The Kindness of Filipino Strangers
By Jerick T Aguilar
Tuesday, September 4, 2007
“I have always depended on the kindness of strangers,” once said the American playwright Tennessee Williams. Well, Mr. Williams must have traveled a lot because I myself have relied on people I never knew and only met for the first time in my travels the world over. And given that there are Filipinos everywhere around the globe, one is most certainly to come across a fellow “kababayan” whom a traveler can unexpectedly count on.
While I was doing my postgraduate studies in Singapore, I decided to take the train to Kuala Lumpur where I reserved a reasonably-priced hotel owned by an Indian. This happened way back but I can still vividly remember the time I entered the hotel’s main entrance and saw a woman at the reception desk talking to who seemed to be the owner. She smiled the moment she looked at me and so did I because we instantly knew that we are both from the Philippines even without talking to each other. (I guess we all have a “Pinoy-dar” inside of us!)
Just after a few minutes of conversation with her, not only did she become my unofficial tour guide in the capital of Malaysia, she was also able to convince her Indian lover – as a side, she in due course told me that she’s already married and her husband is in the Philippines who she knows has a mistress in Manila (so fair is fair I suppose, but this is something else to write about) – she was also able to convince her Indian lover to charge me half the price for the duration of my stay in his hotel. That was the first time this Filipina and I met and yet she was ever so generous, accommodating, and honest (!) with me.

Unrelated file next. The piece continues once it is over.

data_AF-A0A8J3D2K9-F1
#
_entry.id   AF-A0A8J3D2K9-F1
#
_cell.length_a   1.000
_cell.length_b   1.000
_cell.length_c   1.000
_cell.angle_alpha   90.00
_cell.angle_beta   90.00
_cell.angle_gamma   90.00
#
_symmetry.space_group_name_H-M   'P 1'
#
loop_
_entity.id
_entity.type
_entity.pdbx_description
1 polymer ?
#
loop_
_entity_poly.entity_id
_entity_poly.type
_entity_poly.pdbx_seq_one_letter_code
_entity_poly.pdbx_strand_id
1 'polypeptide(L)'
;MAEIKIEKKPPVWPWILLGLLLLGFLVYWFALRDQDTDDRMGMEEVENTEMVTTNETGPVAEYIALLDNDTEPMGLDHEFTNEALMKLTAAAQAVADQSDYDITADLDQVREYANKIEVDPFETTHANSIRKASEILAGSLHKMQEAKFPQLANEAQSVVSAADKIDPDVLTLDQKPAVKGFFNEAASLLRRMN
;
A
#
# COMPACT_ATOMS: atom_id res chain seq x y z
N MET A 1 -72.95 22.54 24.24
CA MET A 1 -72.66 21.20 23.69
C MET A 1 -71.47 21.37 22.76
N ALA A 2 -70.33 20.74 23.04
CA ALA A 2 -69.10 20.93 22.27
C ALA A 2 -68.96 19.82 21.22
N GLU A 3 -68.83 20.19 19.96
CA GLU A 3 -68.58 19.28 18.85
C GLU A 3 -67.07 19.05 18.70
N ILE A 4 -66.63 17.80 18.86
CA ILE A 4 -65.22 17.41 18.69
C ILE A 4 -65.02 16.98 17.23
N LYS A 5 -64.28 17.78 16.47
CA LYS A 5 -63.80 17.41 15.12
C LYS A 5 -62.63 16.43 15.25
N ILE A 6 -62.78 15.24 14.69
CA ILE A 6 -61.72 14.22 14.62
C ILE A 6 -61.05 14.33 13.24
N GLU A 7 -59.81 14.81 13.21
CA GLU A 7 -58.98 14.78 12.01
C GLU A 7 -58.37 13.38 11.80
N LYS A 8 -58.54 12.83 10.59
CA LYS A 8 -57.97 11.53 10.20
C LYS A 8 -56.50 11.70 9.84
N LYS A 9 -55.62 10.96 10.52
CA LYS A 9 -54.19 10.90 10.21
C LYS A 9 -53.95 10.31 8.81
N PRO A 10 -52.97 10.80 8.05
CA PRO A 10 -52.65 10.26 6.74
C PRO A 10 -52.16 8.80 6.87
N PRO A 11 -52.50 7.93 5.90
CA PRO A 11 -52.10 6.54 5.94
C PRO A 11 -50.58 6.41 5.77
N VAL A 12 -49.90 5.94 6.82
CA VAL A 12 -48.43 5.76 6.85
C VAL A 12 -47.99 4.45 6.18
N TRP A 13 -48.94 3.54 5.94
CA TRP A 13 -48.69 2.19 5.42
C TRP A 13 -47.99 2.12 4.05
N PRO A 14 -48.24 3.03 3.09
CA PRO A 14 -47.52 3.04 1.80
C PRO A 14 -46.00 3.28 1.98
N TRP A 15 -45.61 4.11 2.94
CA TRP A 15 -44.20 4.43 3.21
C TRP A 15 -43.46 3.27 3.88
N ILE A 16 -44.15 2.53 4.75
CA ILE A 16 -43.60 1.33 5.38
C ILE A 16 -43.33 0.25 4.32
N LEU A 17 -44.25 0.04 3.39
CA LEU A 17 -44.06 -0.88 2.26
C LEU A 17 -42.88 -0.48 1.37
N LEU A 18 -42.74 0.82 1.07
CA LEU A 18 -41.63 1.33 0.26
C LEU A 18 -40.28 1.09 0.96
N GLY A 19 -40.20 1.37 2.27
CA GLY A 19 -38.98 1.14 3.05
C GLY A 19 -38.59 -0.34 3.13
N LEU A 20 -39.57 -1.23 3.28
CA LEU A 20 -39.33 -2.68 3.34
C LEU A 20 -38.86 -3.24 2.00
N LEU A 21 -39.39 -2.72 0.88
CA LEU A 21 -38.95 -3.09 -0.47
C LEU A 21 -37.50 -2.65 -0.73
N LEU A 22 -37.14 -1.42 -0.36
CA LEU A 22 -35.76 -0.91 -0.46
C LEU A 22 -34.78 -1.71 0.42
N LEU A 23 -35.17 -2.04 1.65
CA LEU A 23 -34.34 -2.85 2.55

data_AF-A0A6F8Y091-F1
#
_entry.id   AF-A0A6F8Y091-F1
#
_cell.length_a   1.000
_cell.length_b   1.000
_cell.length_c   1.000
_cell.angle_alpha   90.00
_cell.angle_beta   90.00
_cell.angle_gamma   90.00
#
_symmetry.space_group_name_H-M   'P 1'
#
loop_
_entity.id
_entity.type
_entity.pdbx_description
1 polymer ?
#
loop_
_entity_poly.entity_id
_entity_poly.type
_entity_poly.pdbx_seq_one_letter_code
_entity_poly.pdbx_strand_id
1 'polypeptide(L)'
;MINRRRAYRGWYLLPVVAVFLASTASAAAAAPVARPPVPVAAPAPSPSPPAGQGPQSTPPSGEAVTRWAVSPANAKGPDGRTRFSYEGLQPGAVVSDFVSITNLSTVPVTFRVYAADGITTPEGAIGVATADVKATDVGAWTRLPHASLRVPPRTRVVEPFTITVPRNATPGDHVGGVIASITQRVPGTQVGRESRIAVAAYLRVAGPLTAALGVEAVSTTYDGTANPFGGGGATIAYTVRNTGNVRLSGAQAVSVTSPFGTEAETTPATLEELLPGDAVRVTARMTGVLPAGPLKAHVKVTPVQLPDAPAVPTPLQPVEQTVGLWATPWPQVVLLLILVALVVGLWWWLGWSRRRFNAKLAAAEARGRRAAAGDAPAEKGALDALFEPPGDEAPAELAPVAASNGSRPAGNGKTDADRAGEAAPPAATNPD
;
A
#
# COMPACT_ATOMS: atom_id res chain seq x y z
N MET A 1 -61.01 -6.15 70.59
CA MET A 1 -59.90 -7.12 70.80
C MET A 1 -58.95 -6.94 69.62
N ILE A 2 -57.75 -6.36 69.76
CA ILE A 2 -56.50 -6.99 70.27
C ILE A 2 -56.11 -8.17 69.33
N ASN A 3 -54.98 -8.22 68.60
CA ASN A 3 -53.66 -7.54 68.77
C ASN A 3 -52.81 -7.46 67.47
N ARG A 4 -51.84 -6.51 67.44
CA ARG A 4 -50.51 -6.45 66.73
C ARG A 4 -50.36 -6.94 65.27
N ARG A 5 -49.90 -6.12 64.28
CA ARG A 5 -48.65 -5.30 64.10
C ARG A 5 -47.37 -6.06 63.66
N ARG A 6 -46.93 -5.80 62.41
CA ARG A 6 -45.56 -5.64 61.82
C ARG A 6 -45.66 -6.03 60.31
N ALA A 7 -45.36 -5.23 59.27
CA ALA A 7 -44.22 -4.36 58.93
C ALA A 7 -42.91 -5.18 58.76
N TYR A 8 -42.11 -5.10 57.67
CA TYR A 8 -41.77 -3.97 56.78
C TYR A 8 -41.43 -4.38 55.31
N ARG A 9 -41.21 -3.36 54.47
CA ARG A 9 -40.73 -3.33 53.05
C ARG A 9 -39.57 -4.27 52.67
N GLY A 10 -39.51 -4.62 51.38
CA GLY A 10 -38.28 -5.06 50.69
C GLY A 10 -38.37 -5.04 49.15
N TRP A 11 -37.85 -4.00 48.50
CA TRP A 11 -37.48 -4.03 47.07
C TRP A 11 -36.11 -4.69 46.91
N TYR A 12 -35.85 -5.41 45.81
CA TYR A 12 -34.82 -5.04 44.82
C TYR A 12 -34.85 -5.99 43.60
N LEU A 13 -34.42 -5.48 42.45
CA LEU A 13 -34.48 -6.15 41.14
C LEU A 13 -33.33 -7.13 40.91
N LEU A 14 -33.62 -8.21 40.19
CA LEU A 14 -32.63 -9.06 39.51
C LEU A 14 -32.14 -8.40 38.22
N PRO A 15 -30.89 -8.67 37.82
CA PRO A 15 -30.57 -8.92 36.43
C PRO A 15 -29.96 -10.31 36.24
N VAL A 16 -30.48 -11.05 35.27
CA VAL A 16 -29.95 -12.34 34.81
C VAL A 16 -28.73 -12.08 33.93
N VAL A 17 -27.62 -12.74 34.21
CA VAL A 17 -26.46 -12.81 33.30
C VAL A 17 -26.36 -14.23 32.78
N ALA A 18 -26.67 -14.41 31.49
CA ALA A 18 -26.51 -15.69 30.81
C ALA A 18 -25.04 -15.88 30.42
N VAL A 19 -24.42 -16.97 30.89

A couple of years later while working in the United States, I went on vacation in Europe and visited Milan where I stopped at a McDonald’s. I was carrying a lot of shoeboxes with me in separate plastic bags (yeah, key chains don’t count as souvenirs from Italy for oneself, family, and friends) when, thanks again to my Pinoy-dar, I saw a Filipina with this huge shopping bag. After greeting her of course with “Kumusta, kabayan?”, I asked her where I could get a similar bag to hold all my stuff. She told me she doesn’t know but, lo and behold, she started taking away all her things inside the shopping bag and, with a smile, gave it to me. That simple act made me speechless that I was only able to smile back without saying “salamat” before she went out the door.
In another McDonald’s this time in Madrid (whatever the explanation, Filipinos congregate in McDonald’s restaurants worldwide!), I was with my lonesome self sipping a milkshake when, with my Pinoy-dar, I saw a Filipina also with her lonesome self nibbling on some fries. I did not hesitate to join her so we started talking. She found out that I was a tourist and that it was my first time in the city. She asked me where I was staying so I told her at a hotel near the train station.
We were only chatting for a few minutes when she offered her house where I could stay instead. I was surprised at the invitation but even more surprised to have met a “kababayan” who had her own house in Spain. So I just had to ask her her job. Nonchalantly, she replied that she’s a domestic helper but her employers were on vacation. No wonder she was at McDonald’s on a weekday! As much as I was tempted to save on my hotel expenses, I had to politely decline and thank her.
And speaking of domestic helpers, I came across three of them in Beirut. I went there a while back from the UK to do some doctoral research. I was checking my mailbox in an Internet station when I overheard three women talking in Tagalog and planning where to go for lunch. I was also hungry and wanted to eat Filipino food in Lebanon so I plainly introduced myself and asked directions to a good Pinoy restaurant. They did not answer my question because I ended up being invited to join them.